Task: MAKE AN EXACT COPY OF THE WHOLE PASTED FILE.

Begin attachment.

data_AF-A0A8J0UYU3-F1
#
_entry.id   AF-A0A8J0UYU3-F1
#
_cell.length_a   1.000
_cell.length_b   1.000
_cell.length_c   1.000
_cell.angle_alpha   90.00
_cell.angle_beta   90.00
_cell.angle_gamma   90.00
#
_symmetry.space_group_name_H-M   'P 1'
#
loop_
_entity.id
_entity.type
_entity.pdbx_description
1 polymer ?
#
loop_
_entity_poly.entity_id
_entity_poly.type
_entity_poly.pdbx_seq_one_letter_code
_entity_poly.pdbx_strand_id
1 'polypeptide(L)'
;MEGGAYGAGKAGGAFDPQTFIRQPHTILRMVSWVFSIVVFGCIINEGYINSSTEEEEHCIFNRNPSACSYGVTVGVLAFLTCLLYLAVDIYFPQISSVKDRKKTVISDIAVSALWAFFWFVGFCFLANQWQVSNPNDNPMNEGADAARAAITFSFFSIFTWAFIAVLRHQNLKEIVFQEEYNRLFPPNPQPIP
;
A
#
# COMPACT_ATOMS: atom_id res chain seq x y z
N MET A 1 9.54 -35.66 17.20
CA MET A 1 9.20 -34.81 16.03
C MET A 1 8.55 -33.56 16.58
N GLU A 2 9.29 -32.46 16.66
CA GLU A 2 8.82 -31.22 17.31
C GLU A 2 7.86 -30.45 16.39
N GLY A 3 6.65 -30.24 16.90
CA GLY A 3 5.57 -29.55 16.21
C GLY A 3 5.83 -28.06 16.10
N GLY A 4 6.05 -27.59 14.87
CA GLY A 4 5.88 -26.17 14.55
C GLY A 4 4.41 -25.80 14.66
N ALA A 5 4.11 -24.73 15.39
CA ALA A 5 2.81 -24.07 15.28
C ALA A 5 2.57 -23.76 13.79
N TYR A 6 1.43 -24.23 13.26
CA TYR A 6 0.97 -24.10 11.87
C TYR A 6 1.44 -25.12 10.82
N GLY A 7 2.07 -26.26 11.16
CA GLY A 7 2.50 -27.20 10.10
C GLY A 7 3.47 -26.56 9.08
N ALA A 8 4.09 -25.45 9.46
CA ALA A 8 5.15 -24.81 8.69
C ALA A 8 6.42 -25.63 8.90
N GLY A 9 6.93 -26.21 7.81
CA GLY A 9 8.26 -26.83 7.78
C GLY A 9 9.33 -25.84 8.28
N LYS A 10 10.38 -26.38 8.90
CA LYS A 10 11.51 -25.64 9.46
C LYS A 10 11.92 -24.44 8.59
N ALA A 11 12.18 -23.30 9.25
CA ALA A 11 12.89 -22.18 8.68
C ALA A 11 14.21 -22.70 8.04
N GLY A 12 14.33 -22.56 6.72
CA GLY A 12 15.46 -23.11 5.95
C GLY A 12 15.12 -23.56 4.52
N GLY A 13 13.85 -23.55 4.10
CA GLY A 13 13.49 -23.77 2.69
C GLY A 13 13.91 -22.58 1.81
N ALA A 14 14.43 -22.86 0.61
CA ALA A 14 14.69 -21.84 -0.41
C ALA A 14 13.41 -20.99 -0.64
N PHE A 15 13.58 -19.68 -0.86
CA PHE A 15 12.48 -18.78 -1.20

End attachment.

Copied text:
data_AF-A0A8J0UYU3-F1
#
_entry.id   AF-A0A8J0UYU3-F1
#
_cell.length_a   1.000
_cell.length_b   1.000
_cell.length_c   1.000
_cell.angle_alpha   90.00
_cell.angle_beta   90.00
_cell.angle_gamma   90.00
#
_symmetry.space_group_name_H-M   'P 1'
#
loop_
_entity.id
_entity.type
_entity.pdbx_description
1 polymer ?
#
loop_
_entity_poly.entity_id
_entity_poly.type
_entity_poly.pdbx_seq_one_letter_code
_entity_poly.pdbx_strand_id
1 'polypeptide(L)'
;MEGGAYGAGKAGGAFDPQTFIRQPHTILRMVSWVFSIVVFGCIINEGYINSSTEEEEHCIFNRNPSACSYGVTVGVLAFLTCLLYLAVDIYFPQISSVKDRKKTVISDIAVSALWAFFWFVGFCFLANQWQVSNPNDNPMNEGADAARAAITFSFFSIFTWAFIAVLRHQNLKEIVFQEEYNRLFPPNPQPIP
;
A
#
# COMPACT_ATOMS: atom_id res chain seq x y z
N MET A 1 9.54 -35.66 17.20
CA MET A 1 9.20 -34.81 16.03
C MET A 1 8.55 -33.56 16.58
N GLU A 2 9.29 -32.46 16.66
CA GLU A 2 8.82 -31.22 17.31
C GLU A 2 7.86 -30.45 16.39
N GLY A 3 6.65 -30.24 16.90
CA GLY A 3 5.57 -29.55 16.21
C GLY A 3 5.83 -28.06 16.10
N GLY A 4 6.05 -27.59 14.87
CA GLY A 4 5.88 -26.17 14.55
C GLY A 4 4.41 -25.80 14.66
N ALA A 5 4.11 -24.73 15.39
CA ALA A 5 2.81 -24.07 15.28
C ALA A 5 2.57 -23.76 13.79
N TYR A 6 1.43 -24.23 13.26
CA TYR A 6 0.97 -24.10 11.87
C TYR A 6 1.44 -25.12 10.82
N GLY A 7 2.07 -26.26 11.16
CA GLY A 7 2.50 -27.20 10.10
C GLY A 7 3.47 -26.56 9.08
N ALA A 8 4.09 -25.45 9.46
CA ALA A 8 5.15 -24.81 8.69
C ALA A 8 6.42 -25.63 8.90
N GLY A 9 6.93 -26.21 7.81
CA GLY A 9 8.26 -26.83 7.78
C GLY A 9 9.33 -25.84 8.28
N LYS A 10 10.38 -26.38 8.90
CA LYS A 10 11.51 -25.64 9.46
C LYS A 10 11.92 -24.44 8.59
N ALA A 11 12.18 -23.30 9.25
CA ALA A 11 12.89 -22.18 8.68
C ALA A 11 14.21 -22.70 8.04
N GLY A 12 14.33 -22.56 6.72
CA GLY A 12 15.46 -23.11 5.95
C GLY A 12 15.12 -23.56 4.52
N GLY A 13 13.85 -23.55 4.10
CA GLY A 13 13.49 -23.77 2.69
C GLY A 13 13.91 -22.58 1.81
N ALA A 14 14.43 -22.86 0.61
CA ALA A 14 14.69 -21.84 -0.41
C ALA A 14 13.41 -20.99 -0.64
N PHE A 15 13.58 -19.68 -0.86
CA PHE A 15 12.48 -18.78 -1.20